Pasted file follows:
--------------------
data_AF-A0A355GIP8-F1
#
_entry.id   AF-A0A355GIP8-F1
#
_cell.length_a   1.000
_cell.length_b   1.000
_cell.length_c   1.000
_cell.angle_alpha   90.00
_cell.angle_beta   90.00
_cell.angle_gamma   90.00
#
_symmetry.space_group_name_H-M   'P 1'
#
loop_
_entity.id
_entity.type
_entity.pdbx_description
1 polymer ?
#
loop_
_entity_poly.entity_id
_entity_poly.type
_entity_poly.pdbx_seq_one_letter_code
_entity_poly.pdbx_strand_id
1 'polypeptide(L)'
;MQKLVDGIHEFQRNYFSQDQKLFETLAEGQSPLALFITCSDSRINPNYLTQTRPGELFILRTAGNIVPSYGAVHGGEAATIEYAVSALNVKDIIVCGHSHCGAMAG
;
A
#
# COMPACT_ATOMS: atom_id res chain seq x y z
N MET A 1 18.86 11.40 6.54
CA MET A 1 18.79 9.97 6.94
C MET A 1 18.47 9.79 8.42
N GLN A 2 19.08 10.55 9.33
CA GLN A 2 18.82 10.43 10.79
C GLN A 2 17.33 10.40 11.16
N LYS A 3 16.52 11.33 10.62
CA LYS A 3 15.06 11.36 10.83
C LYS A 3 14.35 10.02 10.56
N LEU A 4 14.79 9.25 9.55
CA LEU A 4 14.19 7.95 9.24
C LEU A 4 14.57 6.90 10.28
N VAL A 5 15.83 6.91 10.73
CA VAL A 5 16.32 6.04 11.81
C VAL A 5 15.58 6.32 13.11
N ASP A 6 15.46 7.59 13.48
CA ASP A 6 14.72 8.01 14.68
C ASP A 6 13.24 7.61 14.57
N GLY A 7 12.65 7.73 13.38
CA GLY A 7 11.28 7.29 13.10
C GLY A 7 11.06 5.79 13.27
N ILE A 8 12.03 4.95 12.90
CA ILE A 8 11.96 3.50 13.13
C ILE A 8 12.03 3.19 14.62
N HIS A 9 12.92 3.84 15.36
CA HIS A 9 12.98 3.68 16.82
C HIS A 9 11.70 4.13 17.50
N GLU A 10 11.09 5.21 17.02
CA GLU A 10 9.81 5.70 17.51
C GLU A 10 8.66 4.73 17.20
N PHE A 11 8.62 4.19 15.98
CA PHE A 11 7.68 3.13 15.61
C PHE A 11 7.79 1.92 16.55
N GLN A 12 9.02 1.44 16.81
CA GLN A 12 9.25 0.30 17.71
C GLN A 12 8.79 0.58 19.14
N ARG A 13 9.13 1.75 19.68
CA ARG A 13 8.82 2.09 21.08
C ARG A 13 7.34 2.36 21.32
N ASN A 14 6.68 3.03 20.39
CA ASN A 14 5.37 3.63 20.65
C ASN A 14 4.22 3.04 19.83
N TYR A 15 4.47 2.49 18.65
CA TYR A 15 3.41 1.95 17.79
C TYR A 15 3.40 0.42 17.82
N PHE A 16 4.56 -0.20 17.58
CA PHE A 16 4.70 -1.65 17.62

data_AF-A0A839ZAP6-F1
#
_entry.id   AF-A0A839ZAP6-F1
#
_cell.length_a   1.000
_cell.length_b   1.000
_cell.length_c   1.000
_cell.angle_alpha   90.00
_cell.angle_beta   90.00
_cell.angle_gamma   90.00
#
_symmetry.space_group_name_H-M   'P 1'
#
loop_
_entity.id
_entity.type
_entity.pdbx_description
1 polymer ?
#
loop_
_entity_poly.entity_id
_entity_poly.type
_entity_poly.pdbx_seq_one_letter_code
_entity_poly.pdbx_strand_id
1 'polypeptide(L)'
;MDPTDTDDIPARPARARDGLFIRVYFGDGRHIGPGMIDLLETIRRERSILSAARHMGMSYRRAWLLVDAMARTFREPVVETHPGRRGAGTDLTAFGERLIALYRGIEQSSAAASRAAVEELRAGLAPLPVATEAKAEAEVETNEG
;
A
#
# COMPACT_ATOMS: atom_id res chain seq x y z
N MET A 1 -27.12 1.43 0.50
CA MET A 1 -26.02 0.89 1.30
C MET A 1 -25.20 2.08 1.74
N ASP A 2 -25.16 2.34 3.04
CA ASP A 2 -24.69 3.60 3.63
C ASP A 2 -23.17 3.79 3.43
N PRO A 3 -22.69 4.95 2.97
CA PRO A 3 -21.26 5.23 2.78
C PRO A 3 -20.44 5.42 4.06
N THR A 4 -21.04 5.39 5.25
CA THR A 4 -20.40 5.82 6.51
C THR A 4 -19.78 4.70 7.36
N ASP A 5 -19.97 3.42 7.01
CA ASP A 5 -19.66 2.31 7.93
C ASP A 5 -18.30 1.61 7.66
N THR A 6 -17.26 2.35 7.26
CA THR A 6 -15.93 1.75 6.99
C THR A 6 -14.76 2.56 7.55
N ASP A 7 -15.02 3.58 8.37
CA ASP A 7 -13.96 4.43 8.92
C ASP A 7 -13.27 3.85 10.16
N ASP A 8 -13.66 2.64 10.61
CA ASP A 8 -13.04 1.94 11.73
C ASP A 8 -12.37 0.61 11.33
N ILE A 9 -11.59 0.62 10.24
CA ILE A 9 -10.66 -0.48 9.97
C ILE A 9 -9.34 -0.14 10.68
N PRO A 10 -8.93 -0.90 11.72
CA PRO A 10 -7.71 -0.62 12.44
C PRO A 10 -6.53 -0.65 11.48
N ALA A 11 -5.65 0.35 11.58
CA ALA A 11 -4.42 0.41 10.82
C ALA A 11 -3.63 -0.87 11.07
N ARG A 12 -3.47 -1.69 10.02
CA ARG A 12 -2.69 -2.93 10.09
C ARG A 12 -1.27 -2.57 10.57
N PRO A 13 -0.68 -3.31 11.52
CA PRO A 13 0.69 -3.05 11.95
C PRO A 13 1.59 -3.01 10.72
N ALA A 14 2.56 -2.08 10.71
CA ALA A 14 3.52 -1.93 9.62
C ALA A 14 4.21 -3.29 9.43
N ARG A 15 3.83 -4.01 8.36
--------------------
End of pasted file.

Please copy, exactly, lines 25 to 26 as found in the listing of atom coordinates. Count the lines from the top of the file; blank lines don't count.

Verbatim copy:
1 'polypeptide(L)'
;MQKLVDGIHEFQRNYFSQDQKLFETLAEGQSPLALFITCSDSRINPNYLTQTRPGELFILRTAGNIVPSYGAVHGGEAATIEYAVSALNVKDIIVCGHSHCGAMAG